Title IX Information and Q&A
September 2, 2011
Dear Members of the Swarthmore Community,
Last spring, the Office for Civil Rights (OCR) of the U.S. Department of Education issued new guidance to educational institutions regarding sexual misconduct. Swarthmore revised its sexual misconduct policy accordingly and we urge you to read it very carefully.
Swarthmore College policy strictly prohibits sexual misconduct by any member of the College community. Our shared objective is to take appropriate measures to prevent sexual misconduct from occurring, to investigate reported incidents and adjudicate when appropriate, and to provide support for any members of the community harmed or otherwise impacted by sexual misconduct. By working together as a community, we will continue to strive towards creating a harassment free environment for everyone.
During this academic year, the Equal Opportunity Advisory Committee, comprised of students, faculty, and staff, will be charged with assessing these new protocols and for gathering community input about them. Ultimately, the committee will make recommendations to the dean and the Title IX coordinator regarding the College's sexual misconduct policy.
The Q&A below explains some of these changes in more detail. Please also contact us directly if you have other questions or concerns.
Title IX Coordinator and Director of the Equal Opportunity Office
Interim Vice President for Human Resources
H. Elizabeth Braun,
Dean of Students
This Q&A addresses recent changes to the College's sexual misconduct policy. For more information, please contact Sharmaine LaMar, Title IX coordinator and director of the equal opportunity office, or Liz Braun, dean of students.
What prompted changes to the College's sexual misconduct policy?
Last spring, the Office for Civil Rights (OCR) of the U.S. Department of Education issued new guidance to educational institutions regarding Title IX's applicability to sexual misconduct including sexual assault and other forms of sexual violence. The new OCR guidance specifically focused on ensuring that educational institutions - K-12 as well as colleges and universities - were appropriately responsive to instances of sexual misconduct and allegations of sexual misconduct.
What is Title IX?
Title IX is the prevailing federal legislation that prohibits gender discrimination, including sexual harassment, in educational programs receiving federal financial assistance. Although Title IX is most frequently associated with gender equity in athletics, it applies to all aspects of student life. The goal of Title IX is to create a school environment free from sexual harassment or discrimination. The OCR made it quite clear that sexual assault is a form of sexual harassment and that schools must be proactive in ensuring a safe environment for their students, employees, and visitors.
What should I do if I am the victim of sexual misconduct?
Students and employees who are the victim of sexual misconduct are encouraged to report the incident immediately and seek the support services they need. Complaints may be filed with Public Safety or with Title IX Coordinator Sharmaine LaMar (x5675), the point person for all investigations related to sexual misconduct. Complainants always have the option of pursuing civil or criminal action with law enforcement, the courts or with OCR.
Who is responsible for support services for victims of sexual misconduct?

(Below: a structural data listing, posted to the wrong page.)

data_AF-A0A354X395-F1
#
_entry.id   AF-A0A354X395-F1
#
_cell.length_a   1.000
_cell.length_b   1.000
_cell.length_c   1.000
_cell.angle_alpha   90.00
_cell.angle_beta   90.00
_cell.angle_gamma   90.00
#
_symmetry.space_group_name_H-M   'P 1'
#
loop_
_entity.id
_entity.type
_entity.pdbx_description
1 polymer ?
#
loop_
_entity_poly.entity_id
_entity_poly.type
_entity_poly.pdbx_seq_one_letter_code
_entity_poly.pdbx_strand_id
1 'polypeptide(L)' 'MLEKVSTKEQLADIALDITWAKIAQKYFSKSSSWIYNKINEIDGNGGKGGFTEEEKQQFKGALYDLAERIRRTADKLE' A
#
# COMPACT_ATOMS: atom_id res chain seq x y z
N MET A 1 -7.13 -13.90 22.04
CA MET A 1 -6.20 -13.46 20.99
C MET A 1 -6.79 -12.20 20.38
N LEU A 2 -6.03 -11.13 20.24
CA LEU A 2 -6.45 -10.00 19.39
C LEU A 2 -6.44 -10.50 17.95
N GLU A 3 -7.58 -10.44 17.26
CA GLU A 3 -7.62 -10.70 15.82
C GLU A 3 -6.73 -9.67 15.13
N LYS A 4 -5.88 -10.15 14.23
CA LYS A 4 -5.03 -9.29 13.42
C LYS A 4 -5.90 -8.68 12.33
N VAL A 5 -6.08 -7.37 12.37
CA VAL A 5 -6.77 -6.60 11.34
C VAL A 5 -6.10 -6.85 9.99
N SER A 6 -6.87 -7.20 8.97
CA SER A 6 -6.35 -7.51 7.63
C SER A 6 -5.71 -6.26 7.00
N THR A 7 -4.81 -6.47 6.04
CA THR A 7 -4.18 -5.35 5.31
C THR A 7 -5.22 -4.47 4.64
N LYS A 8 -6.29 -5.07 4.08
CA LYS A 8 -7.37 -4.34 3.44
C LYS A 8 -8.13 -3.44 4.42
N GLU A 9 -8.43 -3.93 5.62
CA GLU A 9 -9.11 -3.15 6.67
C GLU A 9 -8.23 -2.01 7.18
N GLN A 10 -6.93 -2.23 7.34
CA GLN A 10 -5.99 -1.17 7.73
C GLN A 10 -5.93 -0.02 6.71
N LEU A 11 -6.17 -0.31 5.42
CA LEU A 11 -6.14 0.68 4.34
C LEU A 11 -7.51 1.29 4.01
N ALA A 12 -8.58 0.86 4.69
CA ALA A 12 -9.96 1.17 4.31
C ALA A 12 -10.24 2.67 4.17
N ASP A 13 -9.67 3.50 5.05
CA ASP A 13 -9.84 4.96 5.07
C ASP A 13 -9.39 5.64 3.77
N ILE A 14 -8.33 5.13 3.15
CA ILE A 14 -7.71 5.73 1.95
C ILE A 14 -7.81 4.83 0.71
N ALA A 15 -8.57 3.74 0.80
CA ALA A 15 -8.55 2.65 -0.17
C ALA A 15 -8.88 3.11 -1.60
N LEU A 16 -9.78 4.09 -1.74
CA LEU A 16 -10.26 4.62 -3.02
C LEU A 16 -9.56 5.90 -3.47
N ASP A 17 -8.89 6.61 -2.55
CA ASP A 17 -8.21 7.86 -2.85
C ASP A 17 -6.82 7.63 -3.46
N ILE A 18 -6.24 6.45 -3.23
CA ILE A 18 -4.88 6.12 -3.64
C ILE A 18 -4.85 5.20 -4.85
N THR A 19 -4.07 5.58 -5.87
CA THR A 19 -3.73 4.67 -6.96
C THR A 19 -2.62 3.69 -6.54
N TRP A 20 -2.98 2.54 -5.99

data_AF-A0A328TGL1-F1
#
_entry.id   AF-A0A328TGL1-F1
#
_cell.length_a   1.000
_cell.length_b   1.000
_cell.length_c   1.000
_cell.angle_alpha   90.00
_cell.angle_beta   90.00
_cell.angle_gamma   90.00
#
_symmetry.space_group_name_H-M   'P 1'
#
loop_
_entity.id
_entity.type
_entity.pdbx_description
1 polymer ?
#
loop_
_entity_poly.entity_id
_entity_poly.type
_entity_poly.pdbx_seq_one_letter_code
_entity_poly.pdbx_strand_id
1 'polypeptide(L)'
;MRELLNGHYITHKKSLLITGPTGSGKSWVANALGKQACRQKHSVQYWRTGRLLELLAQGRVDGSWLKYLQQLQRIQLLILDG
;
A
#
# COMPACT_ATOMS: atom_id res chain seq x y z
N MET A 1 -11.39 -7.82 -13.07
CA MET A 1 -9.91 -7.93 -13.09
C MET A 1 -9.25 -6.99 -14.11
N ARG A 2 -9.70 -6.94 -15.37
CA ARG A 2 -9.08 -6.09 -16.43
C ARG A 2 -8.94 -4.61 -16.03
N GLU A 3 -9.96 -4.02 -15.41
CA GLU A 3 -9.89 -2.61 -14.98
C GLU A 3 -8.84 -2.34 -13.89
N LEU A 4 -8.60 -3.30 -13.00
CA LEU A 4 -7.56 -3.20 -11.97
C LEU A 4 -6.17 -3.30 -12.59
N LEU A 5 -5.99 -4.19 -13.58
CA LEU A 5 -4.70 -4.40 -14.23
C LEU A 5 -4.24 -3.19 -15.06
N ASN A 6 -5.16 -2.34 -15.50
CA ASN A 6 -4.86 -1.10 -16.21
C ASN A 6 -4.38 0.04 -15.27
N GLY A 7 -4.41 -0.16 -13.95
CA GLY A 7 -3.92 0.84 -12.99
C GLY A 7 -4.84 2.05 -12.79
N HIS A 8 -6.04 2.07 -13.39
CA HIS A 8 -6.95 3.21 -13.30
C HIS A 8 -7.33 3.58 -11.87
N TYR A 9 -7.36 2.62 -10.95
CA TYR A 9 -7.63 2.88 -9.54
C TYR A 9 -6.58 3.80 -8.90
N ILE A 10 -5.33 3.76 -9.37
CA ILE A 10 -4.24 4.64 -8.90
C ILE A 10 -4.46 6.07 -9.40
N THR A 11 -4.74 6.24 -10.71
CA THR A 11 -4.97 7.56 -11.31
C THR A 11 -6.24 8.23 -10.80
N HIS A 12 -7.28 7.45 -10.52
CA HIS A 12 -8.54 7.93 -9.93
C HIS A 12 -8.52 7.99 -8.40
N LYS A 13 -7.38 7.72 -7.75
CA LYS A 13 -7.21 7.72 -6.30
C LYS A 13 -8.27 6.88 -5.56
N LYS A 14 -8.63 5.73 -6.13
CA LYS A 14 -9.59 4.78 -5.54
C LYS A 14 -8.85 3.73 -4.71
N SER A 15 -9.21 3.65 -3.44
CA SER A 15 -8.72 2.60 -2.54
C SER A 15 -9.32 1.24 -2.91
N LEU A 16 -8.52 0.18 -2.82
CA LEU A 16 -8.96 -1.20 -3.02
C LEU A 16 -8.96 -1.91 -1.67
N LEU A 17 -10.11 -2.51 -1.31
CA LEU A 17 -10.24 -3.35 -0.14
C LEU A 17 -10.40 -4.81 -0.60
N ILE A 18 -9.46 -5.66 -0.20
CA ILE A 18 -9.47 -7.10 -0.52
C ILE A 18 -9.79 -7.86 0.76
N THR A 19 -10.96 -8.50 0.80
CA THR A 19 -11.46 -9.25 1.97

Swarthmore has been and remains committed to providing a variety of support services to anyone affected by sexual assault and misconduct. Beth Kotarski (bkotars1, x8061), director of health services, is the primary point person for these support services for students. She also serves as the adviser to ASAP (Acquaintance Sexual Assault Prevention) and the SMART team (Sexual Misconduct Advisors and Resource Team). Assistant Dean and Gender Education Advisor Karen Henry, who has led these efforts for many years, will shift her focus this year to her new role as Dean of First Year Students. Staff and faculty members affected by sexual misconduct may contact Carebridge, the College's employee assistance provider, for confidential supportive services at (800) 437-0911 at anytime.
If I talk to someone about sexual misconduct, is it confidential?
If someone requests confidentiality or asks that a complaint not be pursued, the College will take all reasonable steps to investigate and respond to the incident consistent with the request for confidentiality or request that the matter not be investigated. In considering a request for confidentiality or a request that the investigation not be pursued, the College will consider, among other things, the seriousness of the alleged harassment, the complainant's age, and whether there have been other harassment complaints about the same individuals. Because of the College's independent obligation to ensure an educational environment free from harassment, it cannot guarantee confidentiality under all circumstances.
However, confidential support can be provided to students by staff members in Worth Health Center and Counseling and Psychological Services, the Religious Advisors, and the Alcohol Education and Intervention Specialist. Because these relationships involve privileged conversations, these individuals will not refer your concerns to the director of equal opportunity and Title IX coordinator for investigation unless the victim specifically consents they may do so. Staff and faculty members may contact Carebridge, the College's employee assistance provider, anytime for confidential support.
Who is obligated to report incidents of sexual misconduct to the Title IX Coordinator?
Faculty members, members of the Dean's Office and other College staff members, coaches, and Resident Assistants.